I need to stop the Hawaii blogging for a day or so, as much as I like to share more wonderful photos with you. This is newsworthy and therefore I will tell you what I did today. In the 'Kurpfälzisches Museum' of Heidelberg is a special exhibiton called 'Die Welle', the wave. Art from more than five centuries under the topic of 'waves' were exhibited. My friend D and I thought it would be fun to go to this exhibition. I so much hoped that they would exhibit some Japanese woodblock prints and I was not dissapointed. There were works from artist all over the world, famous and not so famous ones.
Here some examples:

Gustav Klimt: L'Attesa (1905)
Wellen - Zauber der Bewegung

Oskar Kokoschka 'Schlafende Frau' (aus: Die träumenden Knaben) 1907/1908

Katsushiga Hokusai, The Great Wave of Kanagawa, 1832 (

If you have the chance to go there, by all means do this, we had a lovely afternoon there. And it's only 4.50 euros for students (including the normal ticket for the general exhibiton). One reason more to got there.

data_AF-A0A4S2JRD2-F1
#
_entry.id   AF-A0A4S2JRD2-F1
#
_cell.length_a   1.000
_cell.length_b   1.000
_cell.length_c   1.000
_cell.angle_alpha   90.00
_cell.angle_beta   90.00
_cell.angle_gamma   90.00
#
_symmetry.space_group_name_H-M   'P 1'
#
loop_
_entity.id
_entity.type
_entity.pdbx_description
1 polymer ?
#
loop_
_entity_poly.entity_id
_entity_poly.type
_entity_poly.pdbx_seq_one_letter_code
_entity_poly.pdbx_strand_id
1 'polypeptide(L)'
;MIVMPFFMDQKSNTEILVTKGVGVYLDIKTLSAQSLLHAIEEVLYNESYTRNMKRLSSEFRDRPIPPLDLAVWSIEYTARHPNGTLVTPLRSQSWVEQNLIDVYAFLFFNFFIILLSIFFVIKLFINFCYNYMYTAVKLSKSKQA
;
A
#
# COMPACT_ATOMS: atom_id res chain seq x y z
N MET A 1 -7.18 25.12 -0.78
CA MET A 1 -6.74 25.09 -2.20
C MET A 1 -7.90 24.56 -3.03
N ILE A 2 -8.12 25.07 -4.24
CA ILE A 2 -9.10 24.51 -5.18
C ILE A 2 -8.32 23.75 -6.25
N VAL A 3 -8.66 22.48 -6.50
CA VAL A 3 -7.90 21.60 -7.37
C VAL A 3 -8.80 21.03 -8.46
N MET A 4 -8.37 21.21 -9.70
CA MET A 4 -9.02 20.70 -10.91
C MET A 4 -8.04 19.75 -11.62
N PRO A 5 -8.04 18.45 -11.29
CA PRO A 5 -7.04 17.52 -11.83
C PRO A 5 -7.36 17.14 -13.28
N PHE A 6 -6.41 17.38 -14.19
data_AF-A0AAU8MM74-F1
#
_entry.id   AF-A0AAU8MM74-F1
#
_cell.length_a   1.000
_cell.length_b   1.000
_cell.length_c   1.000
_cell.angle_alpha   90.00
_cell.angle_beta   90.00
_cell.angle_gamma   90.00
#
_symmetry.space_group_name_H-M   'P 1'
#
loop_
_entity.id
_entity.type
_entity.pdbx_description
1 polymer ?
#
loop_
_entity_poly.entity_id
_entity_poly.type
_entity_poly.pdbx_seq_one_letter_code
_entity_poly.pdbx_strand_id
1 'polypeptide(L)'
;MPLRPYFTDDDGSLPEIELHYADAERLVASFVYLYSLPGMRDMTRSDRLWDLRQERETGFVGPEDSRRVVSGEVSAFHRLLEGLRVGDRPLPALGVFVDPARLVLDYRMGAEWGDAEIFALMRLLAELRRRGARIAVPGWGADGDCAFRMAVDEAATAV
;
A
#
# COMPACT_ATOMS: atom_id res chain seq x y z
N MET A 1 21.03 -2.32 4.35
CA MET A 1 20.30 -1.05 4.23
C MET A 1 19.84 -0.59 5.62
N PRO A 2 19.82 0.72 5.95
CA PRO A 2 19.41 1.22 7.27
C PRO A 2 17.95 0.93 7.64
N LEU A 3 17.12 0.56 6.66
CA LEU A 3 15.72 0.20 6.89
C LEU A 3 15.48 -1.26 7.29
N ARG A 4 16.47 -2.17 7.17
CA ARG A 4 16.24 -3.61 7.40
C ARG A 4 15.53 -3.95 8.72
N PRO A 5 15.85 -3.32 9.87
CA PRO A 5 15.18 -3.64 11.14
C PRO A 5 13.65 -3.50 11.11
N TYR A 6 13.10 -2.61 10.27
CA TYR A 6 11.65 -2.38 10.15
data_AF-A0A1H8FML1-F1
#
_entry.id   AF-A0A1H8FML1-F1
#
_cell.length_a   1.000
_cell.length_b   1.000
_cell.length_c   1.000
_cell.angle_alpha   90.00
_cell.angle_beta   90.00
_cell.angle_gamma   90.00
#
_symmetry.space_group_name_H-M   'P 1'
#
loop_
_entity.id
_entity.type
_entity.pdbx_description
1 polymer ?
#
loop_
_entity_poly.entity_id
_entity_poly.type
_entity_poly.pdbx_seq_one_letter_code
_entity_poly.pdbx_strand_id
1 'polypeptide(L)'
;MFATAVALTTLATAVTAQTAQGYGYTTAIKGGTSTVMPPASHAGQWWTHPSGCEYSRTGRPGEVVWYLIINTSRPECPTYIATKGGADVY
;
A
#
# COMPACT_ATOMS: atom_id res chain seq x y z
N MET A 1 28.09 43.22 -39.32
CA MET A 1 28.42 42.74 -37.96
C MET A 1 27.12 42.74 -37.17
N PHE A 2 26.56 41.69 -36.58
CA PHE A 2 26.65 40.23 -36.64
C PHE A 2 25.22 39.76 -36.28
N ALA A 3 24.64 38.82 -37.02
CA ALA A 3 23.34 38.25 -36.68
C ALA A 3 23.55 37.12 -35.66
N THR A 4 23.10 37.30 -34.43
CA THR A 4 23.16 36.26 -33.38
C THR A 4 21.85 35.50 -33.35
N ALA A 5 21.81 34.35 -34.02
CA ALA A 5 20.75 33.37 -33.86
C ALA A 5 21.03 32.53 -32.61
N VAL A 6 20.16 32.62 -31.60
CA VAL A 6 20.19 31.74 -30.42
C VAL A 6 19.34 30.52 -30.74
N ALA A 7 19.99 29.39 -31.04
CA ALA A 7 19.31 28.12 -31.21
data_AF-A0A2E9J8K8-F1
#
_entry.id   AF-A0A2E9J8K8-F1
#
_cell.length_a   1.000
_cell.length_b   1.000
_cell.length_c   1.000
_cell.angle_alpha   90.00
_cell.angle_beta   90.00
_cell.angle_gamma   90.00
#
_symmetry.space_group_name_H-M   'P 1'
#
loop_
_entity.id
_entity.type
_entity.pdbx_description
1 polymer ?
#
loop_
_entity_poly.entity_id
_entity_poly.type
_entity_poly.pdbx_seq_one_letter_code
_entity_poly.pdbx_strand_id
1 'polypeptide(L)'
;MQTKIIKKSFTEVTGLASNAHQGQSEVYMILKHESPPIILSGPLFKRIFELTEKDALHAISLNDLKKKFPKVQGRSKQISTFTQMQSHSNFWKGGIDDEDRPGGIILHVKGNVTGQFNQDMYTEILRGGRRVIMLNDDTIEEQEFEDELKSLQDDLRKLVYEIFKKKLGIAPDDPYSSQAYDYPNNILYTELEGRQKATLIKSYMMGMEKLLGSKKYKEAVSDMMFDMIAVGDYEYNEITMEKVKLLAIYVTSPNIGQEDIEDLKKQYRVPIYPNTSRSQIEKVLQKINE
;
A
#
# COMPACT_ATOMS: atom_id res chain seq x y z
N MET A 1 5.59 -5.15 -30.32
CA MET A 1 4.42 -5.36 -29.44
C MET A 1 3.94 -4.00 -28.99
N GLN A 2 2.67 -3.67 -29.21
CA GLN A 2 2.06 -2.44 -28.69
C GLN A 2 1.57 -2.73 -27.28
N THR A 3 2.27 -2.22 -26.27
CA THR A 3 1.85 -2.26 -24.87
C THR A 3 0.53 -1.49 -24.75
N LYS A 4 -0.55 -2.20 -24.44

Still Kauai (6)

Oh my, time is flying and I should somehow manage to finish the vacational blogging. Ok, here it comes, more photos from the Garden Island:

This is the so-called Menehune ditch or Kiki a Ola ditch. Menehune are a kind of small but very eager people that can -like leprechauns or the German Wichtelmännchen- work a whole lot during the night but suddenly stop when someone comes near. However, they managed to finish the ditch, or rather aquaeduct, in one night for a Hawaiian king. Most of it fell victim to road construction. It was used to irrigate taro fields. The payment for this enormous construction was by the way a single shrimp that the king gave to the menehune.

Walter Duncan McBryde, a Scotsman who began cattle ranching in South Kauai, planted eucalyptus trees along the road about 150 years ago. The trees once formed a real tunnel through which the highway runs. But two hurricanes damaged the tops of the trees. Coming from Lihue to Poipu you can ride through the tunnel which still is beautiful. In the right corner you can see our rental, a nice and comfy HHR.

North from Lihue you can reach the Wailua Falls, though only 50 m plus high this is a very impressive waterfall. Maybe I upload the video, so you can hear it's roaring. Can you see the rainbow reflecting in the mist formed of water which is being sprayed up again?